One of the founding members of legendary rap group A Tribe Called Quest died yesterday at the age of 45 after a long battle with diabetes, among other health issues.
Malik Isaac Taylor, better known as his stage name Phife Dawg, reportedly died on Tuesday at the age of 45, according to Rolling Stone. He was an influential founding member of the group A Tribe Called Quest.
Taylor’s family later confirmed the news of his death in a statement, revealing that the rapper died of “complications resulting from diabetes.”
Malik was our loving husband, father, brother and friend. We love him dearly. How he impacted all our lives will never be forgotten. His love for music and sports was only surpassed by his love of God and family.”
Dion Liverpool, his manager adds, “While I mourn the loss of my best friend and brother, I also will celebrate his incredible life and contribution to many people’s ears across the world. Even with all his success, I have never met a person as humble as he. He taught me that maintaining a positive attitude and outlook can conquer anything. Now my brother is resting in greatness. I’m honored to have crossed paths with him. Riddim Kidz 4eva.”
The family asks that their privacy be respected at this difficult time.
Taylor dealt with various health issues over the years. In 2008, he underwent a kidney transplant after complications with diabetes.
In the late ‘80s, Phife Dawg co-founded the hip-hop group A Tribe Called Quest with Q-Tip, Ali Shaheed Muhammad and Jarobi White. The group often mixed jazz and other genres into their productions, which resulted in their now-iconic sound. With their lyrics, ATCQ challenged the stereotypes of hip-hop music. The group rapped about everything from the serious issue of date rape to the more mundane topic of ham and eggs.
The group released five studio albums, including 1991’s “The Low End Theory” and 1993’s “Midnight Marauders.” They released their last album, “The Love Movement,” in 1998 after a few breakups and reunions. The legendary group was also the subject of a 2011 documentary called “Beats, Rhymes & Life: The Travels of A Tribe Called Quest,” directed by Michael Rapaport.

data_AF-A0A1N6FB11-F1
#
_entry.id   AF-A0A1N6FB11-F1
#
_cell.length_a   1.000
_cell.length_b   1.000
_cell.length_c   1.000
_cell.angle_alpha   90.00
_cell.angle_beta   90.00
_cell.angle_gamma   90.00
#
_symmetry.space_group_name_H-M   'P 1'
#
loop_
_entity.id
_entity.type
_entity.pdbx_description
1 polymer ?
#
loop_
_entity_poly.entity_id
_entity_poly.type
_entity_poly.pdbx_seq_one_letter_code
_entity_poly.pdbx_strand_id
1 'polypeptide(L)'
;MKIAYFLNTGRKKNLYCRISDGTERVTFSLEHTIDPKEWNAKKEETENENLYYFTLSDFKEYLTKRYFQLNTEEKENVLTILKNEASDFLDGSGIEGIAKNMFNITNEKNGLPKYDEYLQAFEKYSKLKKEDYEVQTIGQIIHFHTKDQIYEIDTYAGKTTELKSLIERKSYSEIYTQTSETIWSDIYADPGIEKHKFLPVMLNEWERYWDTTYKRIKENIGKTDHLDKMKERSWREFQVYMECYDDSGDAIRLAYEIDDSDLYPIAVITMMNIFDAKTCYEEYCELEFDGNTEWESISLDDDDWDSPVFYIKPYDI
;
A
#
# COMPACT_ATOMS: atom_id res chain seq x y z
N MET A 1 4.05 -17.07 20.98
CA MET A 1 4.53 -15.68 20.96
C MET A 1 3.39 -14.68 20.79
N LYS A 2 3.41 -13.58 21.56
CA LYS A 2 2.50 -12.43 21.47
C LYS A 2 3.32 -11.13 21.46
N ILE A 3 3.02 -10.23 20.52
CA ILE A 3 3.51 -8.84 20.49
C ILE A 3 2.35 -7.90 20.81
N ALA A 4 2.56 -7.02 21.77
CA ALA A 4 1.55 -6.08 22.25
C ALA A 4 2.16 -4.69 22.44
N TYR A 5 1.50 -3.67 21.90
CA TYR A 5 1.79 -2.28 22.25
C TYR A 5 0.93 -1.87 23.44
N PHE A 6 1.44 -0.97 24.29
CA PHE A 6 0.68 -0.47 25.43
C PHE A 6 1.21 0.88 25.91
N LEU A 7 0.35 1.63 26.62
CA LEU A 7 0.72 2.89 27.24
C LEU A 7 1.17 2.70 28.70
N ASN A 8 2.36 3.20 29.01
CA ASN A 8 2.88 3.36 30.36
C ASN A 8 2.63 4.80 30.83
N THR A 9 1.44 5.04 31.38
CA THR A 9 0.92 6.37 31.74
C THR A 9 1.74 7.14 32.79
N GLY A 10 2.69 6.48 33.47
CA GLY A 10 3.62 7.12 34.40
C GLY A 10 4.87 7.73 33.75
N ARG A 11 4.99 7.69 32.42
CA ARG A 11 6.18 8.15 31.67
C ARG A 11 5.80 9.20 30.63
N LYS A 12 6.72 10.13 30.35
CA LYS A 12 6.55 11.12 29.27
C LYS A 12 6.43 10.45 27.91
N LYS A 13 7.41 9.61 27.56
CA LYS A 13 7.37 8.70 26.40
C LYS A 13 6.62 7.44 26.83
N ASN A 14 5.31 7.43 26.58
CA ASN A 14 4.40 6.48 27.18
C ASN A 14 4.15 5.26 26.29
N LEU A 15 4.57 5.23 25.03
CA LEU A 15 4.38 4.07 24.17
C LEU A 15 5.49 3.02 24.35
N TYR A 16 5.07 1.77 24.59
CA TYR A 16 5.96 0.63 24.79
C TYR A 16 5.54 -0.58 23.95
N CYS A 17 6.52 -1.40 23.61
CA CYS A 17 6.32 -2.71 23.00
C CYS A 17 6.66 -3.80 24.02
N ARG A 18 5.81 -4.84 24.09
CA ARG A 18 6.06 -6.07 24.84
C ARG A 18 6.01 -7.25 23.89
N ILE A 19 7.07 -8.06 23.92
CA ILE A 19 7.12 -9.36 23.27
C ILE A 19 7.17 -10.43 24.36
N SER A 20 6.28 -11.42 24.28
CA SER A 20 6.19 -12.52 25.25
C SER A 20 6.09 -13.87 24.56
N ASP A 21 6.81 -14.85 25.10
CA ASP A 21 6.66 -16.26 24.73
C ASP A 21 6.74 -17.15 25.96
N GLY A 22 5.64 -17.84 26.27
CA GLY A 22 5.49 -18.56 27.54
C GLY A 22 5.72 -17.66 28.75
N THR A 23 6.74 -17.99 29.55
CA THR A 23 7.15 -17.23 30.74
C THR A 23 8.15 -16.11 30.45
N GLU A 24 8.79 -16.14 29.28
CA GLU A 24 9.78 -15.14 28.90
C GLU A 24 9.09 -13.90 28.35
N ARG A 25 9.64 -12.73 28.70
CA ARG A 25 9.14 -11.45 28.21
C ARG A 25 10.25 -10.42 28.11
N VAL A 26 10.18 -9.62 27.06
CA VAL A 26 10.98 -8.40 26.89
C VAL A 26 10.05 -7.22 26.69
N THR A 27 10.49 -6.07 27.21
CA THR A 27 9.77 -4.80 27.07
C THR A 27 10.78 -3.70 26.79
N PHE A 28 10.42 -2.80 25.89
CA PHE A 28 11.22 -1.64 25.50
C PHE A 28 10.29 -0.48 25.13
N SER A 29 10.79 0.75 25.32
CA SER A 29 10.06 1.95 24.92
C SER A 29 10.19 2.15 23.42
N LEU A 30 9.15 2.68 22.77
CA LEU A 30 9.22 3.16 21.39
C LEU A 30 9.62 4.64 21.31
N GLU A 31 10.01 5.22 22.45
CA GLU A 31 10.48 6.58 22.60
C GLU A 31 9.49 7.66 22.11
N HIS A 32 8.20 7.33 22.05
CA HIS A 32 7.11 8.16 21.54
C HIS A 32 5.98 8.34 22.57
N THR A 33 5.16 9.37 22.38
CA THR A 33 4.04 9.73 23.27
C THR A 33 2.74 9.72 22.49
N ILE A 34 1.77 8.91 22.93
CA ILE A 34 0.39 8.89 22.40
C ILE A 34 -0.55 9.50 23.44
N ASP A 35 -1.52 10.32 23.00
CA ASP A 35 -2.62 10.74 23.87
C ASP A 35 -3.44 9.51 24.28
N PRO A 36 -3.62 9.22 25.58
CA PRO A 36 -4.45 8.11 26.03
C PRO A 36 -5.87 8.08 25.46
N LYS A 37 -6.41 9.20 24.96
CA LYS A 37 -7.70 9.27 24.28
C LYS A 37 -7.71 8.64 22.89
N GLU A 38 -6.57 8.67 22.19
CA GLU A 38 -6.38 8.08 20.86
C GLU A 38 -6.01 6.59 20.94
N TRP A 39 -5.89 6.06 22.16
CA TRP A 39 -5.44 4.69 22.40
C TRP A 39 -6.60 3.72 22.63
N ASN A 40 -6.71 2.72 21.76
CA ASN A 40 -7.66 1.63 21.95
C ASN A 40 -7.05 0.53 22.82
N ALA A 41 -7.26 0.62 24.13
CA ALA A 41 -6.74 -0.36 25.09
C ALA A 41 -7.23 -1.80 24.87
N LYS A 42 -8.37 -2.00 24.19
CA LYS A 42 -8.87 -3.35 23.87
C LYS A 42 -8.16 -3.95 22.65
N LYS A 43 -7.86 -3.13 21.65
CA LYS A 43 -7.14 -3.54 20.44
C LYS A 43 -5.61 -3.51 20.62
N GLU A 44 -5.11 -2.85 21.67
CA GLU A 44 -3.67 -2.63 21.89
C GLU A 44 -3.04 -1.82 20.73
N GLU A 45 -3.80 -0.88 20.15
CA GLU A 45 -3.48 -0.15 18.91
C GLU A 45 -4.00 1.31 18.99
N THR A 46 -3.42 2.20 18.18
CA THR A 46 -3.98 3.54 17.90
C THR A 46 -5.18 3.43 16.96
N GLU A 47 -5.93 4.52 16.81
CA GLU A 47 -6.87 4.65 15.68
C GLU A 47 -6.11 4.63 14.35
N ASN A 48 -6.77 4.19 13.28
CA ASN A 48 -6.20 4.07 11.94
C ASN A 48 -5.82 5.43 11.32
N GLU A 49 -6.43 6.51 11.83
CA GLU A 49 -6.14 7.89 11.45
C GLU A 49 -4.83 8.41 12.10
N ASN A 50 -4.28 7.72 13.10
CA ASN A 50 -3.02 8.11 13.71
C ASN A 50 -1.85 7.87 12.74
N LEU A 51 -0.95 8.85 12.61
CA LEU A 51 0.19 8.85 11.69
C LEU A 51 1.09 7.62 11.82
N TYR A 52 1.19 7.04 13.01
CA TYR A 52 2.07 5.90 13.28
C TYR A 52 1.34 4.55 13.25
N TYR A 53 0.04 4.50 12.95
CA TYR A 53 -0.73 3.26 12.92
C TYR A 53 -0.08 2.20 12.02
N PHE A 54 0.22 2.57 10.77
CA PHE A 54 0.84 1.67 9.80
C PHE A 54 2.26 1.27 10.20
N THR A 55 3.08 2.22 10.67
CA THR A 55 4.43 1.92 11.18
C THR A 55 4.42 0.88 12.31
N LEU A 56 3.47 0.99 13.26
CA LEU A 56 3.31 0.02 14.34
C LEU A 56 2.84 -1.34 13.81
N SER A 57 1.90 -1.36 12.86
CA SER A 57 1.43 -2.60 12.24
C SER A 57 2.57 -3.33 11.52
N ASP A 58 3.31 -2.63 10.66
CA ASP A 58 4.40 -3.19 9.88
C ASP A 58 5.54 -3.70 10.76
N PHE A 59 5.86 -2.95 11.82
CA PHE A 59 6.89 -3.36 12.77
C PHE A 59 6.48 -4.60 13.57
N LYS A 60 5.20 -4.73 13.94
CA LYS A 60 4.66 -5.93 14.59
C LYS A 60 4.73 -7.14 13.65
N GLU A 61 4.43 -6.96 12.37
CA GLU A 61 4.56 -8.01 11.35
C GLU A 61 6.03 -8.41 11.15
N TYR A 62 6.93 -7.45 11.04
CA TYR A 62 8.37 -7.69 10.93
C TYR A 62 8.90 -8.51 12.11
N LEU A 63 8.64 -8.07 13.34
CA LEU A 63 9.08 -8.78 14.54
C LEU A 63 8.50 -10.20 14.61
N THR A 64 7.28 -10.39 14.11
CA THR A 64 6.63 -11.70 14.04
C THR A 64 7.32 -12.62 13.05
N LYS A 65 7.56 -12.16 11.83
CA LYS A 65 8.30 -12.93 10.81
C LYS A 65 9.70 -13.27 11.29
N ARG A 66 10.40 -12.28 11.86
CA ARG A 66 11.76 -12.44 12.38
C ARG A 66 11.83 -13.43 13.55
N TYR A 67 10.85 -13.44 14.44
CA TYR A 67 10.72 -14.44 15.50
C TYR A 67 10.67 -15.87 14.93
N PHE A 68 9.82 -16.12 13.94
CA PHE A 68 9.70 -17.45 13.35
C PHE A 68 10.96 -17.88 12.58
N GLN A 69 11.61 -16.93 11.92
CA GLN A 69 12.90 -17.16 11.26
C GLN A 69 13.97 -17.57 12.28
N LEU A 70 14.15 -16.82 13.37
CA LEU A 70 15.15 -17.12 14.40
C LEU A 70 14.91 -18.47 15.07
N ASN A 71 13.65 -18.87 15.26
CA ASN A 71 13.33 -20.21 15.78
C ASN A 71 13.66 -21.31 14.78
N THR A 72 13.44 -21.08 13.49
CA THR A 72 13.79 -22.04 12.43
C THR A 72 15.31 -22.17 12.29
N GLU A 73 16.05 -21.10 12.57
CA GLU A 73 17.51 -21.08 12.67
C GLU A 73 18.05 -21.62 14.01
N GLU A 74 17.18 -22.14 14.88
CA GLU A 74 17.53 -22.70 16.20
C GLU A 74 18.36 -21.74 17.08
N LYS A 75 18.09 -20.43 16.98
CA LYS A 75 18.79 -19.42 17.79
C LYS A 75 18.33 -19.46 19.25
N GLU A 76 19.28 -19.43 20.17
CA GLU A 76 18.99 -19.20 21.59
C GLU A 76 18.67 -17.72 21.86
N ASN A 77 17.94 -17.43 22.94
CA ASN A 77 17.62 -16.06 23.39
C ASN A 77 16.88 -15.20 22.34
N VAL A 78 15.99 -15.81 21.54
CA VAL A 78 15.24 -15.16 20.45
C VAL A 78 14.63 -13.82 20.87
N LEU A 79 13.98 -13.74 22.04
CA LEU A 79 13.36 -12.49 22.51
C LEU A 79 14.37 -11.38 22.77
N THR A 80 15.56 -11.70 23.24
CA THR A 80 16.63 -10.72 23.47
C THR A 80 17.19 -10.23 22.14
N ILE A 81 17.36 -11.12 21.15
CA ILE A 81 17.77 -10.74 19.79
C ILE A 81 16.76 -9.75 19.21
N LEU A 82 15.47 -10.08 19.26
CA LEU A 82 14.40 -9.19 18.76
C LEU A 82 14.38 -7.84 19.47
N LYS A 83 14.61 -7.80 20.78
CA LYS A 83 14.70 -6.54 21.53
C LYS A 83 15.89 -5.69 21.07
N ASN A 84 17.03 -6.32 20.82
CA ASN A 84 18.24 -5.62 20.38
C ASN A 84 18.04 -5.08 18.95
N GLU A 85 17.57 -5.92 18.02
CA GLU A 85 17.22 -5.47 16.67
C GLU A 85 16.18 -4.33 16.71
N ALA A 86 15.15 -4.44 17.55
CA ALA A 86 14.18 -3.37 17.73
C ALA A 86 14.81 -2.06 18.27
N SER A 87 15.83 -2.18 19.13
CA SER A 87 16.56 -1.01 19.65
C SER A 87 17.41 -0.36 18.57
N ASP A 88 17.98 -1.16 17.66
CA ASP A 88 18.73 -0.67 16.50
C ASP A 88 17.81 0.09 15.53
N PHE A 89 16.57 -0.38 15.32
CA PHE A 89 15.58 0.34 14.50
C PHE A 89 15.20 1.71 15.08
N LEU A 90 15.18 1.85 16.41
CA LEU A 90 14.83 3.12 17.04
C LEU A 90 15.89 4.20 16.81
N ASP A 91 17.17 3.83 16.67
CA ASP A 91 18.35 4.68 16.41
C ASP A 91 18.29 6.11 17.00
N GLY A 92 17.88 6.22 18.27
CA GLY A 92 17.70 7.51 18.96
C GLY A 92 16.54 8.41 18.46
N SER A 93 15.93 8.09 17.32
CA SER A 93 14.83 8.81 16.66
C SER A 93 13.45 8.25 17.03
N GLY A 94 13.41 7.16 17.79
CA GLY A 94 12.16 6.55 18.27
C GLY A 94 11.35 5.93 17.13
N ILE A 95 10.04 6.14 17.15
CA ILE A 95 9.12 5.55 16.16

Taylor, who was also known as the “Five Foot Assassin,” put out one solo album, “Ventilation: Da LP,” in 2000. Before his death, he was working on a second, which he described to Rolling Stone as “basically my life story.“
Fans of Phife Dawg have taken to Twitter to share their thoughts and pay tribute to the rapper. Phife’s impact on the music industry is undeniable.
His group members finally issues a joint statement by late Wednesday evening according to Rolling Stone.
“Our hearts are heavy. We are devastated. This is something we weren’t prepared for although we all know that life is fleeting. It was no secret about his health and his fight. But the fight for his joy and happiness gave him everything he needed,” the group said in the statement. “The fight to keep his family happy, his soul happy and those around him happy, gave him complete and unadulterated joy…until he heeded his father’s call.”
“We love his family, his mother, his son, his wife, his nieces, his family here in New York, Atlanta, California and Trinidad,” the group continued. “Thank you for the outpouring of prayers and support from the fans, fellow artists, music outlets, blogs, radio stations, DJs, social media and the media community at large. This too is part of his joy and means a lot to him.”
After news of Taylor’s death spread on Wednesday, tributes continued throughout the day from all corners of the world from a range of artists, from Questlove and Chuck D, to Kendrick Lamar who paid tribute to the rapper during his show in Sydney, Australia.
“His family is overwhelmed by the support, well wishes and are thankful. His music and what he’s contributed is seismic and hard to measure. He’s affected us as much as he’s affected all of you,” the group wrote. “We’re inspired by his daily joy and courage. He wasn’t in pain. He was happy. We take comfort in knowing he will be beside his grandmother.”